Cratylia argentea (Desv.) Kuntze
Basionym: Dioclea argentea Desv.; Cratylia floribunda Benth.
Family: Fabaceae (alt. Leguminosae) subfamily: Faboideae tribe: Phaseoleae subtribe: Diocleinae.
Perennial, deep-rooting, erect shrub reaching between 1.5 and 3 m in height. Well established plants have an extraordinarily strong plant crown with numerous regrowth meristem points at ground level and below. When associated with taller plants, the common C. argentea form as known from Brazilian germplasm can show a somewhat voluble habit. However, there is also a form with prostrate, climbing habit (lianas) as known from Bolivian germplasm. Leaves trifoliolate; leaflets broadly ovate with silvery pubescence on under surface. Flowers arranged in elongated, many-noded pseudoraceme up to 30 cm long; 6‒9 flowers per node. Size of flowers ranges from 1.5 to 3 cm (length and width); petals lilac, rarely white. Pods straight, flat, to 20 cm long and 1‒2 cm broad, dehiscent, containing 4‒8 oval to almost circular flat seeds of about 1.5 cm diameter. Seeds dark yellow to brown, when maturing under high-humidity conditions, dark brown. About 4,500 seeds per kg.
Latin America: cratilia, camaratuba, copada, cipó-malumbe, cipó-prata (Brazil); cratilia (Spanish)
Southern America: Bolivia (Beni, Pando, Santa Cruz); Brazil (Acre, Ceará, Goiás, Maranhão, Minas Gerais, Pará, Piauí, Rondônia, Federal District); Peru (Cuzco, Huanuco, Ucayali)
C. argentea can be utilised both in mixed pastures with grasses and in fodder banks for in situ grazing or for cut-and-carry for feeding as a dry season supplement in the form of fresh forage or silage. Fallen leaf and pods are also eaten by cattle in this period. In addition to its value as dry season supplement, as silage or fresh, C. argentea is used as a protein supplement to replace feed concentrates for dairy cows and as hay.
It can be maintained as a living hedge.
C. argentea germplasm has been mainly collected around the sub-humid Cerrados region of Brazil. In contrast with other Cratylia species, C. argentea is found in a wider range of habitats, with altitudes between 180 and 930 m asl and main vegetation types ranging from Cerrados-Caatinga transition to Cerrados and seasonal forests.
Adapted to acid, low-fertility soils with a pH range of 3.8‒6.0. Though apparently adapted also to higher pH, initial growth of C. argentea in such soils is very slow.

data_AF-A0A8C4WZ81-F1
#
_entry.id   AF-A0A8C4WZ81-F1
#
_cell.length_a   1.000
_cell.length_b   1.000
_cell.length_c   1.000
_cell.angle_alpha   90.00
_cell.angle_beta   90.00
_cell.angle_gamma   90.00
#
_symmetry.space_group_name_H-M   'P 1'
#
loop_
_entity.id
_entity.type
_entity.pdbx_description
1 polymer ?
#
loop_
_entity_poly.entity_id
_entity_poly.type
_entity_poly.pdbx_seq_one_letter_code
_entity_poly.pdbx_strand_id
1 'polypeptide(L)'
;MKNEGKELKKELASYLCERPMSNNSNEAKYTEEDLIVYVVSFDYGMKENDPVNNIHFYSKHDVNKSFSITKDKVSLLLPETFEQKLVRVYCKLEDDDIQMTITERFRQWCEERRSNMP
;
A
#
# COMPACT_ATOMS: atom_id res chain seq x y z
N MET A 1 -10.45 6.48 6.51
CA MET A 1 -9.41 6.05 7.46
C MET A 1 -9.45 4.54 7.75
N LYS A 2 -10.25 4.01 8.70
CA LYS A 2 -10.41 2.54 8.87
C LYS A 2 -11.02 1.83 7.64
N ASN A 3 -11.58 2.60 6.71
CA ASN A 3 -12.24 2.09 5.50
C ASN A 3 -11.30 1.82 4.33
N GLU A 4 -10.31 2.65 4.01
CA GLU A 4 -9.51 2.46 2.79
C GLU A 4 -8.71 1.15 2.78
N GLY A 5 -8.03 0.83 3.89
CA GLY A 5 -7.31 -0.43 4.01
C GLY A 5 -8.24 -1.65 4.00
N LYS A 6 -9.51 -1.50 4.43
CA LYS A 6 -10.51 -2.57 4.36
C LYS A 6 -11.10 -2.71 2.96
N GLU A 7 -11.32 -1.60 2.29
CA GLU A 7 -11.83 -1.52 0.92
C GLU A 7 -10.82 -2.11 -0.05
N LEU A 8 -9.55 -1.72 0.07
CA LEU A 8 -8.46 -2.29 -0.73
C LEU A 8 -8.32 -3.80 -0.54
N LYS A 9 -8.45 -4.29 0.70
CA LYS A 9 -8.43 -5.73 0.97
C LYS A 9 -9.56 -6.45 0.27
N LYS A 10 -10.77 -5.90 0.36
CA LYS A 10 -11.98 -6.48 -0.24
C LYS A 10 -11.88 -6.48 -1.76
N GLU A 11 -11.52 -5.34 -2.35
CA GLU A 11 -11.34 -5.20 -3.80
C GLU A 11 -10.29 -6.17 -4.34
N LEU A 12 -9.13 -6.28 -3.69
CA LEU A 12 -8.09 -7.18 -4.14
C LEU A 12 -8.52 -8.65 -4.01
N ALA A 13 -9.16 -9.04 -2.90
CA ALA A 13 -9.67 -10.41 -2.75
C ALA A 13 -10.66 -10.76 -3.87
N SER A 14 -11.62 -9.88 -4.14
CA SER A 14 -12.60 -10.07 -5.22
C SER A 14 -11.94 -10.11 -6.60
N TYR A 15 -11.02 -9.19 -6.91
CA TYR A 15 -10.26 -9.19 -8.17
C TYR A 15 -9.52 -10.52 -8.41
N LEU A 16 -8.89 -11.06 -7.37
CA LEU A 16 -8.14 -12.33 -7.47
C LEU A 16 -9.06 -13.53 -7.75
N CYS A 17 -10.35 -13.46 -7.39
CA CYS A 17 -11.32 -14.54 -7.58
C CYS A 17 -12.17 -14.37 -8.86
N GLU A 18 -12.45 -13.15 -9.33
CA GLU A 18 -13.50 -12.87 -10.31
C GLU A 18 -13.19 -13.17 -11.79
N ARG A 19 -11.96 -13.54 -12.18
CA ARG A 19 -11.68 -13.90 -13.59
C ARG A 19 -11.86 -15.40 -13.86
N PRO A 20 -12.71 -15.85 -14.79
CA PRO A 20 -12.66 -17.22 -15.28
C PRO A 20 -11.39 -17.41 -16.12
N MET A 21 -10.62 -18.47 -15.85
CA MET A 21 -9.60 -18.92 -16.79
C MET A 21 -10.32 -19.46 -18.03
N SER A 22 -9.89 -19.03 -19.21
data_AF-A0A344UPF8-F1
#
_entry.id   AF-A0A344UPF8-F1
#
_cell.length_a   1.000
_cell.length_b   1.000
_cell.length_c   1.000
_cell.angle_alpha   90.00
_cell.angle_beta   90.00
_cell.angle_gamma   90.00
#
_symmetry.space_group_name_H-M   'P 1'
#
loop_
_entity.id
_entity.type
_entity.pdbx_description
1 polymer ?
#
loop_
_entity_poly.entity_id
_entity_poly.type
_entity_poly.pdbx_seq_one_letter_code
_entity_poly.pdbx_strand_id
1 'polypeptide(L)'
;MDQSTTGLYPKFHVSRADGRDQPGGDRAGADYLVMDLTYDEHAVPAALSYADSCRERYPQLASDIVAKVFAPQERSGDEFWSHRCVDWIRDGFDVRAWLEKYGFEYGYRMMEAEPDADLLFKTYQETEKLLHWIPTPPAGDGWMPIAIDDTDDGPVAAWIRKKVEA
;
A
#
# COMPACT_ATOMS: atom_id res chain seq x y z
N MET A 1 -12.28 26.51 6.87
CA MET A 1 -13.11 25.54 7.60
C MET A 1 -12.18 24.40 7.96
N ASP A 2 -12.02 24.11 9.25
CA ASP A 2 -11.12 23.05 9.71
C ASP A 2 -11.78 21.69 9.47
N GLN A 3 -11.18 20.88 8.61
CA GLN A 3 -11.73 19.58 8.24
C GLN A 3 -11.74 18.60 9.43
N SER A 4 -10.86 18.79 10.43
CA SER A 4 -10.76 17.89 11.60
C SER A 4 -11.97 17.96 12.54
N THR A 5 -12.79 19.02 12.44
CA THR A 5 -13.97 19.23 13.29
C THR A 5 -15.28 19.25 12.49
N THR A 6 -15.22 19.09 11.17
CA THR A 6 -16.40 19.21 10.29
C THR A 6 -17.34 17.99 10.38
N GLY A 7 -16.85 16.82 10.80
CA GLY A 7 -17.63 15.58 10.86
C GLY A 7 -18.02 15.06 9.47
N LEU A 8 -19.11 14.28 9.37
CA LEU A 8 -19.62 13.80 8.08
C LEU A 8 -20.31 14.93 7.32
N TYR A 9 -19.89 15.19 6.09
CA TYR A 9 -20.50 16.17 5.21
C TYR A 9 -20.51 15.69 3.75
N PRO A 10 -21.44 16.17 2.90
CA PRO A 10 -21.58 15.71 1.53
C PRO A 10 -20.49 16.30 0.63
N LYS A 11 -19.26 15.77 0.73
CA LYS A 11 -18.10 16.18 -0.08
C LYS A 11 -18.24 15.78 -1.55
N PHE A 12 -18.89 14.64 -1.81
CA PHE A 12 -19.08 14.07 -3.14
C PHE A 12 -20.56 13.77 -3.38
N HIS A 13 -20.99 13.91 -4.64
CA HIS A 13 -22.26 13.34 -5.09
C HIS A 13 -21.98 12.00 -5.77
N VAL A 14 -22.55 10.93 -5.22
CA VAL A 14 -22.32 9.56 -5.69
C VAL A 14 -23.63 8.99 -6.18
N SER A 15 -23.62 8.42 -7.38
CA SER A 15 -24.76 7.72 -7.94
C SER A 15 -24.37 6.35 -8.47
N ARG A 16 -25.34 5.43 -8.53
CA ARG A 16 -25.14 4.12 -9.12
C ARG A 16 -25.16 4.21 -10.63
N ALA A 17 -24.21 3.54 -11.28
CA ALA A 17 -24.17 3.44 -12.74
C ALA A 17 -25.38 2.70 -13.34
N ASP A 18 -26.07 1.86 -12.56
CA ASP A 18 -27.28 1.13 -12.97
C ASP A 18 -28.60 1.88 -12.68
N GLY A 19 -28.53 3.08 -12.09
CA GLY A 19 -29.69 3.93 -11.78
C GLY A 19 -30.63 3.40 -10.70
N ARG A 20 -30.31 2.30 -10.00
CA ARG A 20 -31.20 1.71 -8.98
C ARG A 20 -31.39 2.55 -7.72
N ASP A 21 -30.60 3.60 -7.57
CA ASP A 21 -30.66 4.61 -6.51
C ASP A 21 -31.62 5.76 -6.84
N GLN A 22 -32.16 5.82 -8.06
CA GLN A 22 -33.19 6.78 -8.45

From wet to dry tropics, annual rainfall 1,000‒4,000 mm but requires well drained soils. High drought tolerance, stays green in prolonged dry seasons (6‒7 months). Particularly well adapted to sub-humid zones with a 5‒6 month dry season.
Its geographic distribution extends from 4º to 18º S. Warm season growth only, frost tolerance unknown.
No information available.
May require up to 14 months to initiate flowering; seeds at the onset of the dry season.
C. argentea can be cut for the first time 4 months after planting; it tolerates cutting at a height of 30‒90 cm above ground at cutting intervals of 50‒90 days even in the dry season. Plants cut at soil surface level have been observed to regrow extraordinarily well. Plants have a high regrowth potential in the dry season; 30‒40% of total dry matter yield occurs during the dry season as a result of high leaf retention.
Survives bush fires very well.
is established by direct seeding, alternatively by transplants from nurseries. Seed does not require scarification and is superficially sown at less than 2 cm depth. The species nodulates readily with promiscuous cowpea rhizobia, though inoculation with Bradyrhizobium strains CIAT 2561 or 3564 is beneficial, in particular in acid soils with high aluminium saturation. is established at planting distances of 1‒1.5 m between rows and 0.5‒1 m between plants within the row. In Veracruz, Mexico, a density of 20,000 plants/ha provided best results. Generally, initial growth is slow but can be positively influenced by fertilization and inoculation with rhizobia.
Responsive to P and Ca.
In view of slow establishment, weed control during the establishment phase is necessary. Once established it can be used in combination with pasture grasses such as Urochloa spp.
No major diseases and pests have been reported. In some sites, larvae of a beetle (Coleoptera: Melolonthidae) were observed to attack roots of during establishment; this can lead to the death of individual plants. Pod borers can be a problem in seed production.
No records, probably low.
Considered to be nil, mainly because of short seed viability.
The nutritive value of is among the highest reported for shrub legumes adapted to acid soils. Leaf CP ranges between 18 and 30% of DM, IVDMD can reach 60‒65%. In contrast with many other tropical shrub legumes, contains only traces of tannins.